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Automated hplc screening of newborns for sickle cell anemia

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Automated hplc screening of newborns for sickle cell anemia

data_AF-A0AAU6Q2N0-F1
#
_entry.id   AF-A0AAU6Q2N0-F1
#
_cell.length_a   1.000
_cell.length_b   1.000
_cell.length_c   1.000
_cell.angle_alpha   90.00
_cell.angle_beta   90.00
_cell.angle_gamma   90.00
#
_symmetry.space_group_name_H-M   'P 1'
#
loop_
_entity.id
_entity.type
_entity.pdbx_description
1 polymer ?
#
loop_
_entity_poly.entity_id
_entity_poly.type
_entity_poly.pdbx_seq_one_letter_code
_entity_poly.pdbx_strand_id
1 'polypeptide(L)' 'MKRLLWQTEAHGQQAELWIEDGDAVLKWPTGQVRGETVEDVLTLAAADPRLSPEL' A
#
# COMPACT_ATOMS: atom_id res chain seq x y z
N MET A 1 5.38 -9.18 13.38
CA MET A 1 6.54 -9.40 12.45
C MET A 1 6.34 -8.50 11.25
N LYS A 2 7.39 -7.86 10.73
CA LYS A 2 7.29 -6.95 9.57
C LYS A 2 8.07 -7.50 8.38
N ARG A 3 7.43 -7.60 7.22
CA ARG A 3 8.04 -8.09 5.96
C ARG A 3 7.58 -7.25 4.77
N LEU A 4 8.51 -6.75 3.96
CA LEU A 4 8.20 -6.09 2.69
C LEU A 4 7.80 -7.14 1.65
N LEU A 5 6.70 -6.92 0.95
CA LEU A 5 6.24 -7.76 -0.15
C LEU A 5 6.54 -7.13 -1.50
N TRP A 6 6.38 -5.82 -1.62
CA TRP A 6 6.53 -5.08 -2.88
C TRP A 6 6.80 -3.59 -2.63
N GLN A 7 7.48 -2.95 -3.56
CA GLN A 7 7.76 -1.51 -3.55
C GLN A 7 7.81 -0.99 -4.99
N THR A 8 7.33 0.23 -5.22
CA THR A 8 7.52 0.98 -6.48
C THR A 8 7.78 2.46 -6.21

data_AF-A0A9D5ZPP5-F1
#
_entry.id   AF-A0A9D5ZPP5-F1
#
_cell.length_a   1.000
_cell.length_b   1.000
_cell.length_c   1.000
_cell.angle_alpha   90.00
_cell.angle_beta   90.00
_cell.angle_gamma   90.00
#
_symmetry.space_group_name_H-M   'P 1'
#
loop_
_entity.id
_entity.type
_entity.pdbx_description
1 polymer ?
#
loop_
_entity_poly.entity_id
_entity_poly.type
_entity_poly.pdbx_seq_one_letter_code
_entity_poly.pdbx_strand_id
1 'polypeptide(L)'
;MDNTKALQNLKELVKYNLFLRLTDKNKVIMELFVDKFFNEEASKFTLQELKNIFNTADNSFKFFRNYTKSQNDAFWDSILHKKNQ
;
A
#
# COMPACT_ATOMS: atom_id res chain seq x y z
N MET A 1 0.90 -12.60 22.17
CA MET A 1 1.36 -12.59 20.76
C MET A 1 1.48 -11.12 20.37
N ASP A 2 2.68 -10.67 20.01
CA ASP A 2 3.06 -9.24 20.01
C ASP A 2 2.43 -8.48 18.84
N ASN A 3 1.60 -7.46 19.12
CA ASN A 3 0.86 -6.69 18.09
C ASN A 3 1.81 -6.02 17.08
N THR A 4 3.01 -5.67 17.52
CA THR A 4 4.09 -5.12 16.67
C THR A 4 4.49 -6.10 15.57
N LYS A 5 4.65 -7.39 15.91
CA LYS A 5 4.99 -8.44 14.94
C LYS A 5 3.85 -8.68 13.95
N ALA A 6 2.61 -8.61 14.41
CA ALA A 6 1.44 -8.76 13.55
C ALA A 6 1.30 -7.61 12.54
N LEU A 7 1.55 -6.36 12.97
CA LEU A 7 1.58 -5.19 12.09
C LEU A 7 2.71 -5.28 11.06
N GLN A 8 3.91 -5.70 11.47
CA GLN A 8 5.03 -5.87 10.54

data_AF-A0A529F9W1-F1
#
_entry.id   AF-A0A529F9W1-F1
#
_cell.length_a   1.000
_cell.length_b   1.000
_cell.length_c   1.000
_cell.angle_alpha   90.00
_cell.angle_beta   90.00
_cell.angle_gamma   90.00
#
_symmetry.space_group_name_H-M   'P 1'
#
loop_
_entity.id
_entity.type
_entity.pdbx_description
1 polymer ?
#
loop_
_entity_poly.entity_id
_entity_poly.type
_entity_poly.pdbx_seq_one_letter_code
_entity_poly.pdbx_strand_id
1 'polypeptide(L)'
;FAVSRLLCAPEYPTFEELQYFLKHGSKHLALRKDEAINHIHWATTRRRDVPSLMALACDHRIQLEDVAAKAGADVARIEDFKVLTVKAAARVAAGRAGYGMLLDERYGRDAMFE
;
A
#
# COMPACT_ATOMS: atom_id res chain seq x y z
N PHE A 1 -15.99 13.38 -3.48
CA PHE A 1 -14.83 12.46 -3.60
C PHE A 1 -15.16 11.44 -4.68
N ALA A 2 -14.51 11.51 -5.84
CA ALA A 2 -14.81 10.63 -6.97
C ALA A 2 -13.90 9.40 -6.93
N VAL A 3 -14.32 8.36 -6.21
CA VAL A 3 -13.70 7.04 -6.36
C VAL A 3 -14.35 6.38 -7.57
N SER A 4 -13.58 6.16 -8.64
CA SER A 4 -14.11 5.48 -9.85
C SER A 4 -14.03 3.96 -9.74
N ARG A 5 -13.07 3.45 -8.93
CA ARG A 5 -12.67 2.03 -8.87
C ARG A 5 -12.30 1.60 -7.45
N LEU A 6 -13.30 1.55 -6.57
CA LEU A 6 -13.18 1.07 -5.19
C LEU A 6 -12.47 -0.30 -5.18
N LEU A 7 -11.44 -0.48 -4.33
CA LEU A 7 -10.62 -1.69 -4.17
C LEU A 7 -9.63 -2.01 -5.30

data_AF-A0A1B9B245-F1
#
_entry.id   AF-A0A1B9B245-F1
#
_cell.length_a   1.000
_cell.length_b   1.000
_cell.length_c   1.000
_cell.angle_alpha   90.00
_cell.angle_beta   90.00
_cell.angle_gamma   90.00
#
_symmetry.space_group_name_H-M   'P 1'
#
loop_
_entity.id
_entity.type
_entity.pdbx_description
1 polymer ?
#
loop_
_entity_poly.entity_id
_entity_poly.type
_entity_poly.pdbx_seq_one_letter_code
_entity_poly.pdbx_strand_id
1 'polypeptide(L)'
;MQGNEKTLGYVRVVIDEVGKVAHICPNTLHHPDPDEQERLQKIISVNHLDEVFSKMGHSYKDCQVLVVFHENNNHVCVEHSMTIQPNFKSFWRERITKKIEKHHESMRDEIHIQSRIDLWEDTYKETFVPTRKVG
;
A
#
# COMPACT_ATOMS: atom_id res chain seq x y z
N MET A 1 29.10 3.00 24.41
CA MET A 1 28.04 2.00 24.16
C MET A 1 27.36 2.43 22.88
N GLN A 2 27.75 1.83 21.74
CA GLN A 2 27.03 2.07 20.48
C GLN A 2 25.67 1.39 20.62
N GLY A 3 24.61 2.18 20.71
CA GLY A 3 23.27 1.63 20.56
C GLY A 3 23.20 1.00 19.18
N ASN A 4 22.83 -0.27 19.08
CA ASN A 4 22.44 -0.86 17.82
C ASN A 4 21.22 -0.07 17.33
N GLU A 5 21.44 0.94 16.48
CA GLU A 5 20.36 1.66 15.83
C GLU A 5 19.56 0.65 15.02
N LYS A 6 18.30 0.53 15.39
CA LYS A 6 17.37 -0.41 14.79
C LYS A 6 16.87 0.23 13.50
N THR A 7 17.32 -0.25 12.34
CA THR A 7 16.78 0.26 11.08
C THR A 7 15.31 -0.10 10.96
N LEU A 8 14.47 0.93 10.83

1. 1. 704 ClinicalChemistiy 42:5 704-710 (1996) Automated HPLC screening of newborns for sickle cell anemia and other hemoglobinopathies JOHN W. EASTMAN,* RUTH WONG, CATHERINE L. Lao, and DANIEL R. MORALES Automated HPLC is used to test dried blood-spot speci- mens from newborns for hemoglobms (ITh) F, A, S, C, E, and D. We present the method and report on its perfor- mance determined during >4 years of testing 2.5 x 106 newborns. The method features automated derivation of presumptive phenotypes; quantitative quality control and proficiency testing; throughput of one specimen per minute; small sample volume; hemoglobin concentrations quantified with an mterlaboratory CV of 14-18%; retention times with interlaboratory CV of <2% and matching, within ± 0.03 miii, of laboratories and reagent lots; control of peak resolution; 0.5% detection limit for Hb S and C, and 1.0% for Hb F, A, E, and D; few interferences; and negli- gible background and carryover. Shortcomings of the method are the absence of microplate barcode identifica- tion and the need for manually pipetting the sample eluate into the microplate. INDEXING mie1s: dried blood-spot specimens #{149}Guthrie cards. chromatography, cation-exchange #{149}phenotypes In keeping with national recommendations, California legisla- tion mandates screening all newborns for sickle cell disease [1-3].This legislation was implemented for the State of Cali- fornia by the Department of Health Services’ Genetic Disease Laboratory (GDL) and Genetic Disease Branch, Berkeley, CA [4]. Because of its potential as a quantitative method of analysis amenable to automation, GDL chose cation-exchange HPLC [5-12] as the screening method. Cation-exchange HPLC has been used to screen cord blood for hemoglobinopathies [13]. Here, we report on the application of this technique to screen newborns by assaying their dried blood-spot (DBS) specimens. The method reported here is designed to resolve hemoglo- bins (Hb) F, A, 5, C, E, and D. The California program requires California Department of Health Services, Genetic Disease Laboratory, 700 Heinz St., Suite 100, Berkeley, CA 94710. *AUthOr for correspondence. Fax 510-540-2228. ‘Nonstandard abbreviations: GDL, Genetic Disease Laboratory; DBS, dried blood spot; NB, newborn; Hb, hemoglobin(s); and AU, hemoglobin concentration in area units, the area of the chromatographic peak. Received October 4, 1995; accepted January 25, 1996. that newborns with hemoglobinopathy patterns (e.g., FS, FSC, FSA, F only) be recalled for mandatory follow-up. Also, new- borns with FE patterns are recalled to differentiate EE and E//3-thalassemia. For trait patterns of FAS, FAC, and FAD, the families of the affected newborns are offered voluntary counseling. Materialsand Methods EQUIPMENT/REAGENT SYSTEM Modular instrumentation was adapted for the California pro- gram by Bio-Rad Labs., Hercules, CA. A similar integrated instrument, ASCeNT#{174},has been marketed [14]. Each of the modular instruments used in this work consists of one to three HPLC column systems run by one Model 700 chromatography workstation. Each of the column systems consists of a Model AS-I00 HRLC automated sampling system, a 20-g.tL-loop injection valve, two Model 1350 gradient elution pumps, the cation-exchange column in a Model 1250425 35 #{176}Cheater, and a dual-wavelength (415/690 nm) filter photometer (cat. no. 1961042). The 6 X 40 mm columns are packed with a nonpo- rous 7-.tm-diameter Bio-Rad MA 7 polymeric cation-exchange material. Each column can be used for as many as 500 injections. Two sodium phosphate buffers are used as eluents, run as a gradient from -4 g/L (buffer A) to 14 g/L (buffer B) at pH 6.4. Nominal conditions of analysis are a flow rate of 2 mL/min at a pressure of 25 kg/cm2 and the following gradient (time from injection in minutes/percent of eluent that is buffer B): 0.0/0%; 0.3/10%; 0.5/24%; 1.0/52%; 1.8/100%; 1.9/100%; and 2.0/0%. Including the 1-mm wash between specimens, each chromato- gram takes 3 mm. When all three columns are used, the rate of analysis is one specimen pen minute. Operation of the instrument is automated through a menu- driven software program that generates the worklist, injects the sample, controls the gradient for hemoglobin separation, mea- sures and integrates the peaks, derives the hemoglobin pattern, stores the data on electronic media, and telecommunicates the data to a remote central site. The reagent kits include whole-blood primer, wash solution, three linearity calibrators containing Hb F and A, and two lyophilized controls, one containing Hb F, A, E, and S and one Hb F, A, D, and C. To maintain the separation of hemoglobmns among all lots of the cation-exchange resin, the software that